Money with bottle of pills
Images Money / Creative Commons http://michrad.io/1LXrdJM

The stalled Republican replacement for the Affordable Care Act cleared a big hurdle this week. Lawmakers in the U.S. House passed the bill -- thanks in part to a last minute addition from Michigan Congressman Fred Upton. This Week in Review, Weekend Edition host Rebecca Kruth and senior news analyst Jack Lessenberry talk about Upton's amendment and what the bill could mean for Michigan.

They also discuss a state Court of Appeals ruling that teachers can drop out of their union whenever they like, another attempt by lawmakers to scrap and replace pensions for new teachers, and budget proposals that passed the state House and Senate this week. 

A listener recently wrote an email about how everyone in her industry says "hone in" instead of "home in."

"Does this equivocation mean that it’s perfectly That’s-What-They-Say acceptable to understand ‘hone in’ as ‘home in,’ and to hear it without cringing?” she asked. 

Our own Professor Anne Curzan had already put a lot of thought into “home in” and “hone in” before we received this email. In fact, she admits that knowing which was correct used to be a point of pride. 


Defer Elementary School in Grosse Pointe Park.
Appraiser / Creative Commons http://j.mp/1SPGCl0

Public schools in Bloomfield Hills and Birmingham are already charging tuition for students outside the district who want to attend. Now, because of budget cuts and declining enrollment, it looks like Grosse Pointe Public Schools might follow suit.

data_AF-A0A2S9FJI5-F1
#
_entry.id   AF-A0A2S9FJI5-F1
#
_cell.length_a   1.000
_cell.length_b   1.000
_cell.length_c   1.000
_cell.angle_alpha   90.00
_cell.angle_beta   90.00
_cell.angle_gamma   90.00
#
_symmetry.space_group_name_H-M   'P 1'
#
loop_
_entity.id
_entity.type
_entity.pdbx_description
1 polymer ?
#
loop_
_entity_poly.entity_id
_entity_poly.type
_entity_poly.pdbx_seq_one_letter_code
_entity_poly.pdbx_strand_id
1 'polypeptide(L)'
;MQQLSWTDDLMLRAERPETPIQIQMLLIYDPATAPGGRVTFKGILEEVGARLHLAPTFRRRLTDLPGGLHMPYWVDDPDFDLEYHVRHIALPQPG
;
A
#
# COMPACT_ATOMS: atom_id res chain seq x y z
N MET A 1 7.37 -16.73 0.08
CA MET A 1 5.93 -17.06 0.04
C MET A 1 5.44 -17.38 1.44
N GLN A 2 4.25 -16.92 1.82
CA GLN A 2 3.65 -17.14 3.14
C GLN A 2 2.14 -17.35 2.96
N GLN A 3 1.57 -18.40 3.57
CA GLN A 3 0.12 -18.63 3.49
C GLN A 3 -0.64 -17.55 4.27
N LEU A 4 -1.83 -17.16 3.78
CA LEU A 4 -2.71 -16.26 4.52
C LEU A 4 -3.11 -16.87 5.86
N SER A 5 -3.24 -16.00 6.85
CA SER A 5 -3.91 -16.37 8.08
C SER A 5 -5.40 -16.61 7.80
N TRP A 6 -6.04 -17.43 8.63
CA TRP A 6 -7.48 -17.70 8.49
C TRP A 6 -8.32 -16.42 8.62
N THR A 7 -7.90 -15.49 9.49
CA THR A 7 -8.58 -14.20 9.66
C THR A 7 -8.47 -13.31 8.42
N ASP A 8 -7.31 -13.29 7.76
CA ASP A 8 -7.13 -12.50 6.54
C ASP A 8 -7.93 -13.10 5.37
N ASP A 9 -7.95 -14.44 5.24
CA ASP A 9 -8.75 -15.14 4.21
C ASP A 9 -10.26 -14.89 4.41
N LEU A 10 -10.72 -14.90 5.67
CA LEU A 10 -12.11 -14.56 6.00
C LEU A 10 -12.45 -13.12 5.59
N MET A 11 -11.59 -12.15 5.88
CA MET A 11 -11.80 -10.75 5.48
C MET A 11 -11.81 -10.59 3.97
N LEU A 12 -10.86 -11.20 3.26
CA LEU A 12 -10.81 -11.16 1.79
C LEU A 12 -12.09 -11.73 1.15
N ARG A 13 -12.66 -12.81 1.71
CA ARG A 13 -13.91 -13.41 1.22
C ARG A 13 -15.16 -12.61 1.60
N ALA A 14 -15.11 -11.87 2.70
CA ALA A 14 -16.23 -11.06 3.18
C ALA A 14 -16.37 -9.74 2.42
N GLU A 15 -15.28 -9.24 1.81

A steelworker straddling a beam
Christopher Peplin / Creative Commons http://michrad.io/1LXrdJM

A new report from the AFL-CIO says 134 Michigan workers died on the job in 2015, while 96,000 suffered workplace-related injuries or illnesses.

Those numbers are down slightly from the previous year, but Zack Pohl with the Michigan AFL-CIO says the state still isn’t doing enough to make sure people are safe at work.

If you say something is coming down the pike, that means it's going to happen sometime soon. But what is this "pike" you speak of?

The answer might be found in your summer travel plans. Especially if you're from Michigan and you understand that summer just isn't complete without a trek down the Ohio Turnpike for a day at Cedar Point.

So, "pike" in "coming down the pike" is simply a shortening of turnpike. That got us wondering though, where does "turnpike" come from?